The Panopticon Theory

The theory of the Panopticon, a prison designed by ‘Jeremy Bentham’ who is an English philosopher and social theorist within the late 18th century. The prison has the concept of having a circular design with a guard/watchmen in the center point that surveillance’s all the inmates in cells around the perimeter making it look as if all of them are watched simultaneously without the inmates being able to tell whether or not they are being seen. The limitations of the the guard watching all the inmates is physically impossible, however as the prison is designed in this certain way creates this illusion that the inmates cannot tell when they are being watched therefore making them react as if they were, this triggers them to act and control their behaviour 24/7 allowing the guard having full control within his/her grasp.

Below is an example of the Panopticon layout:

Panopticon timthumb

I also found another philosopher and social theorist called ‘Michael Foucault’ in which believed in the Panopticon theory within his book Discipline and Punish that invoked a metaphor of modern disciplinary on societies and their ubiquitous inclination to observe and normalise. The Panopticon makes a consciousness of lasting perceivability as a form of power, where no bars, chains and overwhelming locks that are necessary for domination any more (Thomas, 2012).

Expanding upon Foucault idea, modern day technology has brought this thought of consistent surveillance to current society with sending panoptic structures with CCTV cameras on the people in public spaces. At the point when individuals feel that they are always being viewed they change their activities and conduct with the thought that it will eliminate their own actions. I’ve perceived this when strolling around my daily routine in the university and town center, when I discover a CCTV camera I immediately get to be more aware of my activities and appearance, believing that I’m being viewed. Panopticism furnishes us with a model of a self-taught society, in which we oversee ourselves and control practices without the requirement for steady observation and mediation by an opposing force.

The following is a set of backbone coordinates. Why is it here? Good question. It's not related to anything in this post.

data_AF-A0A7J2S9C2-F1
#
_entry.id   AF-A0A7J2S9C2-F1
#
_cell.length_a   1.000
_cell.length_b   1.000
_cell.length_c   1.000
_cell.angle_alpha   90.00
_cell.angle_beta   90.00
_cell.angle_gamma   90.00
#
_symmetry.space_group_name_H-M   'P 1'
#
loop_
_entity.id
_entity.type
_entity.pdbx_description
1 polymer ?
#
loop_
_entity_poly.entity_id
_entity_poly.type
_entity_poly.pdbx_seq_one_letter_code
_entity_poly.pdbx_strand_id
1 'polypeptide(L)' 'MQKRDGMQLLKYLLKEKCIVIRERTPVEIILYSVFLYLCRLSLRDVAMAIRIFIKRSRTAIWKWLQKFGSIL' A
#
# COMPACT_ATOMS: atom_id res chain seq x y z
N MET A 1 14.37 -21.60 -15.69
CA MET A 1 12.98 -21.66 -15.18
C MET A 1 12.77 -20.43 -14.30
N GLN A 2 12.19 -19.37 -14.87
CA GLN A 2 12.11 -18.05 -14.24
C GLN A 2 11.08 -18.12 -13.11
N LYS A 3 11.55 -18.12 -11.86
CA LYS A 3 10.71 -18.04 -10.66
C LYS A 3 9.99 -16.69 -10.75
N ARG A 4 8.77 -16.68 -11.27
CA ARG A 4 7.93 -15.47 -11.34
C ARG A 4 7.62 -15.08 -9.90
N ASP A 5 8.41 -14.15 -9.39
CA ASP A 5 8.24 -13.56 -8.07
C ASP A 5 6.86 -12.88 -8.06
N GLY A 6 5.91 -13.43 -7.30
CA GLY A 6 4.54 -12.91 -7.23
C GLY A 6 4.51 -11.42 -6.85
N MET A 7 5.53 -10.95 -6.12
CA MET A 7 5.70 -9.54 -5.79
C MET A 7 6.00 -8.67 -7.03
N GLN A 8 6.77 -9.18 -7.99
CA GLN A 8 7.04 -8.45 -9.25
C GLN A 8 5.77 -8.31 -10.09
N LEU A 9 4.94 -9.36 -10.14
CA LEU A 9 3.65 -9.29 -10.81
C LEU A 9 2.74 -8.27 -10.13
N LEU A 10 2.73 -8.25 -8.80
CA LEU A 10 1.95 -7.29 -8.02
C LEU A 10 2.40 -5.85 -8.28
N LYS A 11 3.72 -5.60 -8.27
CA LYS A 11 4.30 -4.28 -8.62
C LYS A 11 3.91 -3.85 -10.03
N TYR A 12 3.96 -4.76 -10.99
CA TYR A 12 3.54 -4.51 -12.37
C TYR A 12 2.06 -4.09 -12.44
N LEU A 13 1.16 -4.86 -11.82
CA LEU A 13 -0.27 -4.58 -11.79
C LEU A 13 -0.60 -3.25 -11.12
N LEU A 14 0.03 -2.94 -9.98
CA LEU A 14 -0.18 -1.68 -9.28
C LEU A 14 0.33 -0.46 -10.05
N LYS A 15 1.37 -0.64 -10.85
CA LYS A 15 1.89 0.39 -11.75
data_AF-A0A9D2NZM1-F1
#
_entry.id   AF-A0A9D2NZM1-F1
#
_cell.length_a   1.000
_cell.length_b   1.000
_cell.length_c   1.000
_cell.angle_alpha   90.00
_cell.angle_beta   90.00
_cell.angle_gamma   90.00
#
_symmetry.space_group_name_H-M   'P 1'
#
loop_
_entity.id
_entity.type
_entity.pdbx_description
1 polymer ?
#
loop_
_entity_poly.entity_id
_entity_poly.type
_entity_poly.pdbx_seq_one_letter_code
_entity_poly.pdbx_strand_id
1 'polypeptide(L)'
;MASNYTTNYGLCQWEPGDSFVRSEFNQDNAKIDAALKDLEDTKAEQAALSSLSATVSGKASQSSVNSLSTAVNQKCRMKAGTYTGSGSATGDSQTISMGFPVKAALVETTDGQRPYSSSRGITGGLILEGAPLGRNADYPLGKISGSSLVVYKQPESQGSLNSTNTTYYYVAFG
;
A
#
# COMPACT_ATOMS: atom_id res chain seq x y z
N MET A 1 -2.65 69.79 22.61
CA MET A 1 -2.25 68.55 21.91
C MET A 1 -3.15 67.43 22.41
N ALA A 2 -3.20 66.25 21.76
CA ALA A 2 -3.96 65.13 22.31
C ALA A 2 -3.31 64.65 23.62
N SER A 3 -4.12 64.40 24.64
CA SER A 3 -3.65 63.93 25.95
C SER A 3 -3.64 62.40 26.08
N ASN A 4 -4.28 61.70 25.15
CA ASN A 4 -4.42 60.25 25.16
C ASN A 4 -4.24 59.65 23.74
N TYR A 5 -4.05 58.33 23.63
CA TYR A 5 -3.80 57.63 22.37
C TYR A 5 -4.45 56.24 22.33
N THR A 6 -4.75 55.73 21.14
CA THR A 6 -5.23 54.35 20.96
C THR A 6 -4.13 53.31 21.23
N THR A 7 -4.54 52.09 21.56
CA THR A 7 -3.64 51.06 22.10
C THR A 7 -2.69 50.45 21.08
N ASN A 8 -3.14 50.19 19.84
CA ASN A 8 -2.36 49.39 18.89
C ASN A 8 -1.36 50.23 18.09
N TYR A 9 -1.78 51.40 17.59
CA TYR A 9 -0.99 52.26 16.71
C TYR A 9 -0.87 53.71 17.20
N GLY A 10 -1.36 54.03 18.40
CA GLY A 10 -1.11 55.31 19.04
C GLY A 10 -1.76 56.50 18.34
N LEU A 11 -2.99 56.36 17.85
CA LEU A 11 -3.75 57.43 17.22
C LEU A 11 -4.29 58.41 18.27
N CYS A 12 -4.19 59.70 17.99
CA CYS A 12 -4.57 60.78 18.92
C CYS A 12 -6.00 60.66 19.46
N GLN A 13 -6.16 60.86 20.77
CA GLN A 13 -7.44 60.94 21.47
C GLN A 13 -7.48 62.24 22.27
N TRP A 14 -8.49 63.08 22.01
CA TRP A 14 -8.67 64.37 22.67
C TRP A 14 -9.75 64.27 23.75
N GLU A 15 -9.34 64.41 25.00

The thought of the Panopticon and panopticism could be utilized in my interactive project by experimenting with the concept of gathering people that are being viewed but yet not knowing they are, which brings this idea of invasion of privacy. The audience who are watching the screen become passive however with my interactive design it becomes opposite to this as its the screen that is watching the audience responding to their current existence and motions alerting an image to extend a hand with a eye combined within the screen when either the head of the audience is not conscious of looking at the screen which links back into the representation of awareness invading online space.


References

Bentham, Jeremy (1995). Bozovic, Miran, ed. The Panopticon Writings. London: Verso.

Foucault, Michel (1995). Discipline and Punish: The Birth of the Prison. New York: Vintage Books.

Thomas Allmer (2012), Towards a Critical Theory of Surveillance in Informational Capitalism, Frankfurt am Main: Peter Lang, p. 22.

Wikipedia, n.d. [online] Available from: http://en.wikipedia.org/wiki/Panopticon [Accessed 2 Jan. 2015].

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